The 779 is a push top ratchet mechanism pencil. There is a small eraser under the metal cap, and you can get the cap back on without activating the lead advance mechanism. The eraser compound is like the 775, but unfortunately not as good as the Staedtler Mars Plastic series of erasers. The pocket clip is a functional simple spring steel clip. The lead holding sleeve is tapered and not suitable for draughting, but it is fully retractable.
So far so good, but the 779 has two features worthy of detailed discussion. Firstly the rubber grip. Well it’s a contoured moulded rubber piece with a leather wrinkle type pattern in it. Initially it felt a little greasy or oily so I gave it a good clean. That definitely improved things. This grip feels much more “rubbery” than the Mars Micro 775’s grip. It is a hard compound so there is little to no cushioning but you definitely get that rubber feel. You feel some element of grip from the rubber, much more than the 775, but I’m still not really convinced that it is that much better than a normal plastic moulded grip section.
Now the second point is it has a sliding sleeve. The Staedtler webpage on the 779 doesn’t mention it, but they mention the sliding sleeve feature of the 779 in their downloadable document “Product Information, Mechanical Pencils”.
You start off writing just like with any other pencil but when the lead is worn down so that the metal sleeve touches the paper, it starts retracting. It then still feels fairly smooth when you are writing; but your writing is definitely not as dark on the paper and you get some scrape marks through your writing. Eventually the sleeve will end up semi-retracted back into the tip and whilst it still works, you can tell things are not really at the optimum setting. Overall the best thing to do is to treat it like a normal push top ratchet pencil and just have the sliding sleeve as a back-up for a few words when the lead runs down.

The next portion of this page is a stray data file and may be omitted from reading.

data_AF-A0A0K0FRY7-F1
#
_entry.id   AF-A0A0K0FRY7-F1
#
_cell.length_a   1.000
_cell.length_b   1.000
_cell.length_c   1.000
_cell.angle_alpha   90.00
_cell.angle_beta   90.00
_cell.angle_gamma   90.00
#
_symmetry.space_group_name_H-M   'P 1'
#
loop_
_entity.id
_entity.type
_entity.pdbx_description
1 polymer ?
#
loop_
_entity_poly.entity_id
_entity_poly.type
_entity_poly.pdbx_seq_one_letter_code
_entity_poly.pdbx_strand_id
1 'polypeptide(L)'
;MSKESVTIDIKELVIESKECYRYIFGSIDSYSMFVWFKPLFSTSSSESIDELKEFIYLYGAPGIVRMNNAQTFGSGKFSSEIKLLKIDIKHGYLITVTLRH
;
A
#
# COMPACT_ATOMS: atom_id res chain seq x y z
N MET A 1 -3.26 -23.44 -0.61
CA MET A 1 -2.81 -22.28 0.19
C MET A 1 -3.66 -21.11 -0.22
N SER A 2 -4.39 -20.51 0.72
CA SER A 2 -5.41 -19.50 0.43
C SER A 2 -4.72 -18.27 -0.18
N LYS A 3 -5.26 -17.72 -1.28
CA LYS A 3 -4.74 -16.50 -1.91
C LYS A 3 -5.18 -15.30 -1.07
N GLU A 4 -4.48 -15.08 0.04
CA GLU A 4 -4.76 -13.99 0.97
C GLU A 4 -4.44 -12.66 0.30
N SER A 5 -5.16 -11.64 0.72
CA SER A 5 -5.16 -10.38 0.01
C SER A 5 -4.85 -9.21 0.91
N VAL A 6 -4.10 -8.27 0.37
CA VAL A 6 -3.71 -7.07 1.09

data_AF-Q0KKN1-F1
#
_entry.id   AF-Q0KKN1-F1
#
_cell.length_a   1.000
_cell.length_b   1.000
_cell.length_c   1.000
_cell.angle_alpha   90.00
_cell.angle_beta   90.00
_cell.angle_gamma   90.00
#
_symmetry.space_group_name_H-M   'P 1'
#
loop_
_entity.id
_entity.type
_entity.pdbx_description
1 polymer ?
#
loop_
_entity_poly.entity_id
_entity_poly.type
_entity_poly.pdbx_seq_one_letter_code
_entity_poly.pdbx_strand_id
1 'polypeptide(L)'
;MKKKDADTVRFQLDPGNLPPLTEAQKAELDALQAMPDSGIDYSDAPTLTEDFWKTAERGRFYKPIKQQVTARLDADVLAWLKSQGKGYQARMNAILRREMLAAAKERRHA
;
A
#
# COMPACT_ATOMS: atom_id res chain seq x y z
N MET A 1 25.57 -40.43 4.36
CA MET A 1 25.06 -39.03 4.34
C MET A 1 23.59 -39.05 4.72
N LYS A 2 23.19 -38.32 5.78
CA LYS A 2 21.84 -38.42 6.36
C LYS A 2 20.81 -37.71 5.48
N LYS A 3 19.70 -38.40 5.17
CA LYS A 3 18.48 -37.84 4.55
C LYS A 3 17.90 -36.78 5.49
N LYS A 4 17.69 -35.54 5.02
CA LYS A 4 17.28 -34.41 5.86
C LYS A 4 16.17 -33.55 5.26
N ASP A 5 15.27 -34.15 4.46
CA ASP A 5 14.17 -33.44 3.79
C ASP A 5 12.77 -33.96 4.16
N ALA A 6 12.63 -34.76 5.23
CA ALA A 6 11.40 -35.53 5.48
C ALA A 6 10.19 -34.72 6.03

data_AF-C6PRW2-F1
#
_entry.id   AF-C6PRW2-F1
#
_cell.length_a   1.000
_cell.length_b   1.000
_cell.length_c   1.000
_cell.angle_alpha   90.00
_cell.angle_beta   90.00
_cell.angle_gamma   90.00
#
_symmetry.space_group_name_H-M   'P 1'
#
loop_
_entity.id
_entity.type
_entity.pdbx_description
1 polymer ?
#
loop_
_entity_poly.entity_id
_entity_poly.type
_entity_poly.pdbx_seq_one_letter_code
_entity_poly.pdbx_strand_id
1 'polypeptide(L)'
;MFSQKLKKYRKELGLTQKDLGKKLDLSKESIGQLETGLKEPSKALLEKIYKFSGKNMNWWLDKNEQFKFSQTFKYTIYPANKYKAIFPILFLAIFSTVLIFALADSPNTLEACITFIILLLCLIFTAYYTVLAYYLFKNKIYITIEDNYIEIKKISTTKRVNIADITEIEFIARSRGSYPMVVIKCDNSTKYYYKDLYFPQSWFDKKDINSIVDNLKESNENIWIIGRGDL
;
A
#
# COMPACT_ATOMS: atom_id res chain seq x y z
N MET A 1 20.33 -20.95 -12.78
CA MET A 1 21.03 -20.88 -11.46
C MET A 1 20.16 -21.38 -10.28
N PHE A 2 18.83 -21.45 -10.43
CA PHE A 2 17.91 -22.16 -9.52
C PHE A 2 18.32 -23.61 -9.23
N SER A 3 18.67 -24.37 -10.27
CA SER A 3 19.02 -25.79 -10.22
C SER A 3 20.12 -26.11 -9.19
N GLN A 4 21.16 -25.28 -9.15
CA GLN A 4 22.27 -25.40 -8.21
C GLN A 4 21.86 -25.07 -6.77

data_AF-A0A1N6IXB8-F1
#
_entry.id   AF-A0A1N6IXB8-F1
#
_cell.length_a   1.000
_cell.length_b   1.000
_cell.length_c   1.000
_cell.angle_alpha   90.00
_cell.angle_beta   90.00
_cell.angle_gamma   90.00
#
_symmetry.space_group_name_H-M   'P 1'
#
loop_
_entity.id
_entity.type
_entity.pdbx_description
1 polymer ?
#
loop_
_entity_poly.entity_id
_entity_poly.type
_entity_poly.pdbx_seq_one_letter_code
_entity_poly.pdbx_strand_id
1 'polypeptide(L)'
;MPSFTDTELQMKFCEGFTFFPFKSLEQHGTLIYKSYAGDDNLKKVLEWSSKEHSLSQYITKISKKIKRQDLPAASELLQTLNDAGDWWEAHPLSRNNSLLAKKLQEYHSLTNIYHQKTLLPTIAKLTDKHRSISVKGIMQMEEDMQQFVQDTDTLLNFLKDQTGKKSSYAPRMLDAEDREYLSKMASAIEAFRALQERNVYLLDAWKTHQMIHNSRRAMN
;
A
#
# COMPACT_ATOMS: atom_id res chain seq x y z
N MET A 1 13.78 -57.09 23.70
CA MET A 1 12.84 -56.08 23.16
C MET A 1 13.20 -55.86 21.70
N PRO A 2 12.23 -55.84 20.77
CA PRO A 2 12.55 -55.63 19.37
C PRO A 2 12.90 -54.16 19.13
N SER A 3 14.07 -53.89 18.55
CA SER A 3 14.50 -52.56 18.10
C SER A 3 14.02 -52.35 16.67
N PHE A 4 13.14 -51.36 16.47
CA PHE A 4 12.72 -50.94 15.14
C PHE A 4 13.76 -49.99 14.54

- Best Points – The sliding sleeve.
- Not So Good Points – Not really any, other than some personal “Dave Things” like the look and the rubber grip.
- Price Range – Low.
Dimensions – Length 150mm, diameter 9mm at narrowest part of the grip. Balance point about 65mm up from the tip.
So, another German pencil means another notable German with a New Zealand connection. Gustavus Ferdinand von Tempsky (1828 – 1868) was a Prussian-born farmer, goldminer, “adventurer / mercenary / soldier”. As a commander of the Forest Rangers (the “special forces” of the time), von Tempsky attained legendary status for his daring actions during the New Zealand Wars. However, one mans daring is another’s foolhardy recklessness, and von Tempsky met his end in battle, some contemporaries saying his continual (unsuccessful) pursuit of winning a Victoria Cross led him to one foolhardy action too many. As a talented amateur painter, he probably knew a thing or two about pencils. This is one of his watercolours, portraying one of his engagements with Maori forces.